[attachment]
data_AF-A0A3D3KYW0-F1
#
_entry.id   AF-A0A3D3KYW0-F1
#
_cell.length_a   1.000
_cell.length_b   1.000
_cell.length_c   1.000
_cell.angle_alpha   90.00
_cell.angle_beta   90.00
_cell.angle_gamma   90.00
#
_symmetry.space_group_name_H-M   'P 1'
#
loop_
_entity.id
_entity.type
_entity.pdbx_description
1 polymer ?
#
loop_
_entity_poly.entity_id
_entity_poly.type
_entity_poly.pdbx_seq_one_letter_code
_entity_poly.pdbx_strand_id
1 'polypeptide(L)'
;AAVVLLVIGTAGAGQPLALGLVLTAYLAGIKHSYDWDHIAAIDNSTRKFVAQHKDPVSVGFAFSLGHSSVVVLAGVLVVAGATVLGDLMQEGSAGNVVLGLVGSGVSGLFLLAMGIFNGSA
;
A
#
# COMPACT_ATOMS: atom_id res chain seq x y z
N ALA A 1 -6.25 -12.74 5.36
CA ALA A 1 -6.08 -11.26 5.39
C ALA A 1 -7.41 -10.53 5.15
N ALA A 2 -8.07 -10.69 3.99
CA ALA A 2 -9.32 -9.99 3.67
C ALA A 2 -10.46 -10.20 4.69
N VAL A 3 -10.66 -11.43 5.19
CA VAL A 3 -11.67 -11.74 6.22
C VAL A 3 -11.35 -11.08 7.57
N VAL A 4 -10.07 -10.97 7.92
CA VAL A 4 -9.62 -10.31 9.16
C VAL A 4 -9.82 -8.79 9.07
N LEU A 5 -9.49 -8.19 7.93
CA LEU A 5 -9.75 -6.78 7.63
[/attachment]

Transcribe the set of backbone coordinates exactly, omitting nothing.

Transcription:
data_AF-A0A3D3KYW0-F1
#
_entry.id   AF-A0A3D3KYW0-F1
#
_cell.length_a   1.000
_cell.length_b   1.000
_cell.length_c   1.000
_cell.angle_alpha   90.00
_cell.angle_beta   90.00
_cell.angle_gamma   90.00
#
_symmetry.space_group_name_H-M   'P 1'
#
loop_
_entity.id
_entity.type
_entity.pdbx_description
1 polymer ?
#
loop_
_entity_poly.entity_id
_entity_poly.type
_entity_poly.pdbx_seq_one_letter_code
_entity_poly.pdbx_strand_id
1 'polypeptide(L)'
;AAVVLLVIGTAGAGQPLALGLVLTAYLAGIKHSYDWDHIAAIDNSTRKFVAQHKDPVSVGFAFSLGHSSVVVLAGVLVVAGATVLGDLMQEGSAGNVVLGLVGSGVSGLFLLAMGIFNGSA
;
A
#
# COMPACT_ATOMS: atom_id res chain seq x y z
N ALA A 1 -6.25 -12.74 5.36
CA ALA A 1 -6.08 -11.26 5.39
C ALA A 1 -7.41 -10.53 5.15
N ALA A 2 -8.07 -10.69 3.99
CA ALA A 2 -9.32 -9.99 3.67
C ALA A 2 -10.46 -10.20 4.69
N VAL A 3 -10.66 -11.43 5.19
CA VAL A 3 -11.67 -11.74 6.22
C VAL A 3 -11.35 -11.08 7.57
N VAL A 4 -10.07 -10.97 7.92
CA VAL A 4 -9.62 -10.31 9.16
C VAL A 4 -9.82 -8.79 9.07
N LEU A 5 -9.49 -8.19 7.93
CA LEU A 5 -9.75 -6.78 7.63